A metal plaque lays on a concrete walkway.
A metal plaque lays on a concrete walkway.
A plaque at Read Dunning Memorial Park commemorates victims of the Great Chicago Fire of 1871.

The Chicagoland winds kicked up the evening of October 8, 1871. Fueled by drought conditions, gusting winds, an abundance of wooden structures citywide, and an under-staffed city fire department, a fire at the O’Leary family barn in southwest Chicago quickly spread northeast through the city center and north side. Burning for 36 hours, the fire destroyed three and a half square miles of city property, including 17,500 buildings and over 70 miles of roads. One-third of Chicago’s 300,000 citizens were left homeless. An estimated 300 people perished in the fire but only 120 bodies were retrieved, 117 of those unidentified.


The Lake County Poor Farm Cemetery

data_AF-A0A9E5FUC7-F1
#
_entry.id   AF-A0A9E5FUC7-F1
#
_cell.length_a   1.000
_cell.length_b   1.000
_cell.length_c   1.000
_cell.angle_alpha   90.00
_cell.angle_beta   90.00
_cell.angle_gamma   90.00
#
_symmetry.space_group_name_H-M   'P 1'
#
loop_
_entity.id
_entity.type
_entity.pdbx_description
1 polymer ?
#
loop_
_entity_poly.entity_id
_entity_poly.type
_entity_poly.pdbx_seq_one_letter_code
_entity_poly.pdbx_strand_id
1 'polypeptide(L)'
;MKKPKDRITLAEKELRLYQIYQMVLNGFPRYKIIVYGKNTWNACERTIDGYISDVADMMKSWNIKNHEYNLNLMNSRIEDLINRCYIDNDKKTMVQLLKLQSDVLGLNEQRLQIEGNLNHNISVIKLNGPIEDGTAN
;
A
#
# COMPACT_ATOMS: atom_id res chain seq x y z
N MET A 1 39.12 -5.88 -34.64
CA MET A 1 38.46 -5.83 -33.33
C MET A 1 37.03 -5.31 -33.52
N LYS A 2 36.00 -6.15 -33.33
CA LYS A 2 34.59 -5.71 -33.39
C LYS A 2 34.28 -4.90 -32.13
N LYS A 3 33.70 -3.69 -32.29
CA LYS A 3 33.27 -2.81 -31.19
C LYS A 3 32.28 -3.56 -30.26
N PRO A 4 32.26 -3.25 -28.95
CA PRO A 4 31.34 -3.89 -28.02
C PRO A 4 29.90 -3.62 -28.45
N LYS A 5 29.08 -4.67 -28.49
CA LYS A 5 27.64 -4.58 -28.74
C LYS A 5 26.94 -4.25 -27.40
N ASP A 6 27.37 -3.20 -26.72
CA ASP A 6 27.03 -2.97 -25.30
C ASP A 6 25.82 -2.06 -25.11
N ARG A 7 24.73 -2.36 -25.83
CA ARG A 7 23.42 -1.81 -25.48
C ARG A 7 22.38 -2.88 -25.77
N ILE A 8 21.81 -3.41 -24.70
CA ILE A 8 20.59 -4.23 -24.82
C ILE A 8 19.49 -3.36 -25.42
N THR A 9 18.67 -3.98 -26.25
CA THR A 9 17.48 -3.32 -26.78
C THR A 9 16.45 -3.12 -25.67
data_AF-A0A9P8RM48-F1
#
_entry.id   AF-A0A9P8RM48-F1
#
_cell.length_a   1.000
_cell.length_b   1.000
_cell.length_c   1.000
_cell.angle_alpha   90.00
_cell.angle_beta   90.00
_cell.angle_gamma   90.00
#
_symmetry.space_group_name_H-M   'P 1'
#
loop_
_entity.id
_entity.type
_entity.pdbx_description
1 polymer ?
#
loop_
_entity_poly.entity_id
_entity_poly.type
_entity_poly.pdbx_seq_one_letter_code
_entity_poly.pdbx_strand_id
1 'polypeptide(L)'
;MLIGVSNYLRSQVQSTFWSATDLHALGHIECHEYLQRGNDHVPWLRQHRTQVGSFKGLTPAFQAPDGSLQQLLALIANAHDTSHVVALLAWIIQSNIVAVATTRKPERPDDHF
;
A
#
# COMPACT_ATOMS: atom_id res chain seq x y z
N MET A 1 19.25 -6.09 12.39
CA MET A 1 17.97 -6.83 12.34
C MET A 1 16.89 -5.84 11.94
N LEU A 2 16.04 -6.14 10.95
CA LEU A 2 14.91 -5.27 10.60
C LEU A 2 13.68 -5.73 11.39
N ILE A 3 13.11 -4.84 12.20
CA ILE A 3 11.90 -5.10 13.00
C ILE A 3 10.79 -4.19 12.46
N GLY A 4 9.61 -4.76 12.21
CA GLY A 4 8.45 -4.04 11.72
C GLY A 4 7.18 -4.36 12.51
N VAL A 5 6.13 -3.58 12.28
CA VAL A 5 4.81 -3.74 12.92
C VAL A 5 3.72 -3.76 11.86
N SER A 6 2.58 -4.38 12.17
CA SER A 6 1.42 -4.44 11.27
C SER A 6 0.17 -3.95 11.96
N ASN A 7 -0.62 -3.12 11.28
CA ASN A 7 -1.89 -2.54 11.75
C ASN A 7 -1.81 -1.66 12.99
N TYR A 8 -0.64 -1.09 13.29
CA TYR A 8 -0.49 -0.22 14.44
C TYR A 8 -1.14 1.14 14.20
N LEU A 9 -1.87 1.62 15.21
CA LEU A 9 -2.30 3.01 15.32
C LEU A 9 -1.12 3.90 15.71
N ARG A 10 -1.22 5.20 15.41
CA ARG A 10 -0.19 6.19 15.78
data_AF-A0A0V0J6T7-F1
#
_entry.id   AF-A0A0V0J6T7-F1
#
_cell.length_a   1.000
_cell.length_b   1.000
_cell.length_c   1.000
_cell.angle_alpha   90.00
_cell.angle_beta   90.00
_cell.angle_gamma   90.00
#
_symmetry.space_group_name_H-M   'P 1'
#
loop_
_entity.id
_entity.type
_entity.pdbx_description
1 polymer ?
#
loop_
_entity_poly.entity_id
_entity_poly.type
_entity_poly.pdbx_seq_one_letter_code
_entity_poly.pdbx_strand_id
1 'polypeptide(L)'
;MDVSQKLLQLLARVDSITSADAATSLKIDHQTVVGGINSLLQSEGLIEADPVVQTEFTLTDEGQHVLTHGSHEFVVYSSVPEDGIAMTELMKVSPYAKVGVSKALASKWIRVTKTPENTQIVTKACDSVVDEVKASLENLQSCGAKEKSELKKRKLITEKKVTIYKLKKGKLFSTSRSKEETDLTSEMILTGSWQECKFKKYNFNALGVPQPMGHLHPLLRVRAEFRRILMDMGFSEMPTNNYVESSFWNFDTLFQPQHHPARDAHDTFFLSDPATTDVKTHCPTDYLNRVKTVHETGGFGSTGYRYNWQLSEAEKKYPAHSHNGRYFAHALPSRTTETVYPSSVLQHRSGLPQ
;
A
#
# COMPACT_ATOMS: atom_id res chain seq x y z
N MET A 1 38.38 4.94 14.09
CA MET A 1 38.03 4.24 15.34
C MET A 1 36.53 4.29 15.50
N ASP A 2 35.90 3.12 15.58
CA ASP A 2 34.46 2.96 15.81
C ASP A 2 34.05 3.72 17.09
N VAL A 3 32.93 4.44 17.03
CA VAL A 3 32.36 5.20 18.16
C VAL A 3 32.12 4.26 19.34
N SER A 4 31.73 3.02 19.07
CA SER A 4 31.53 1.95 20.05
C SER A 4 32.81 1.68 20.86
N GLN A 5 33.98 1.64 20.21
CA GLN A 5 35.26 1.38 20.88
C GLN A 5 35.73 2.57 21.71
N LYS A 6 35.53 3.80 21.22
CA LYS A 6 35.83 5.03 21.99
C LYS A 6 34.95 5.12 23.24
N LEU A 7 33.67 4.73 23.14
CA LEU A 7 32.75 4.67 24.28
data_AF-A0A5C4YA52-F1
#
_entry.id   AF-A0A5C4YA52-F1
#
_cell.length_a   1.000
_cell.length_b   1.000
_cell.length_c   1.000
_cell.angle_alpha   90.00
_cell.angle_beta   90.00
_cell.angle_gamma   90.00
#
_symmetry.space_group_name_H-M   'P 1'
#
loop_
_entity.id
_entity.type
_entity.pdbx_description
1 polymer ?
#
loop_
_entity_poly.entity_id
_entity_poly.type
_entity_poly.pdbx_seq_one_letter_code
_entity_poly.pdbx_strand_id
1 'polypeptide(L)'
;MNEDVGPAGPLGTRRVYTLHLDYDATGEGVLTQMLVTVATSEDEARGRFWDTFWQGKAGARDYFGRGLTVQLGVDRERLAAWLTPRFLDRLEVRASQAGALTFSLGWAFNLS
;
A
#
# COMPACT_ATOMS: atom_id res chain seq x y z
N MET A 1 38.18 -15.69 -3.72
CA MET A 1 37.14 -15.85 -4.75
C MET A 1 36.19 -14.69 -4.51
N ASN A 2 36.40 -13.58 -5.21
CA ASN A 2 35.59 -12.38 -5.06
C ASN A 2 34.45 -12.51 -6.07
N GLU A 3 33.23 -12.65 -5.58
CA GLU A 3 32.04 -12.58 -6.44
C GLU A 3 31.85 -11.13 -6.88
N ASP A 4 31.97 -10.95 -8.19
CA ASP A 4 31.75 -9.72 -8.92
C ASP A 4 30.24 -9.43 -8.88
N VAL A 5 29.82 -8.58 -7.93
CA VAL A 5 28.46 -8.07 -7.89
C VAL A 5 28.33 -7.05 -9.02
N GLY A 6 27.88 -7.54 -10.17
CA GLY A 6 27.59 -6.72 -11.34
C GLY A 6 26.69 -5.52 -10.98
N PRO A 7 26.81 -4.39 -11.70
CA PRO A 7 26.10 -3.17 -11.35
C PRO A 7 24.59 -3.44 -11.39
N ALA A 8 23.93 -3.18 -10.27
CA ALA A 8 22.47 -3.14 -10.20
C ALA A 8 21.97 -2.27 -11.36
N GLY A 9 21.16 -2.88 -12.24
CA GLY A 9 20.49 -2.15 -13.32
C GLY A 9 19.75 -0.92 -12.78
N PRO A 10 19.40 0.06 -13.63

The Lake County Poor Farm Cemetery
The Lake County Poor Farm Cemetery in Libertyville, Illinois.

How well do you know the history of the land you grew up on? Do you know if the soil beneath your young feet was once tilled or grazed? Do you know if the nearby pond was an old rock quarry that settlers used to construct buildings and fencing on the land that raised you?

Do you know if the dead lay buried deep and forgotten in the dirt below as you played above?


Heidi with Brewsky.

Heidi Carpenter is a photographer, writer, and student of metaphysics. Heidi lives in the western suburbs of Chicago with her husband and senior cats, and her horse — also a senior — boarded at a nearby stable.

Heidi has a bachelor’s degree in Fiction Writing from Columbia College Chicago. She is the publisher and editor of Chicagoland Haunts.

Follow Heidi on Instagram here.

Email Heidi at carpenter.heidi@gmail.com

Heidi E. Carpenter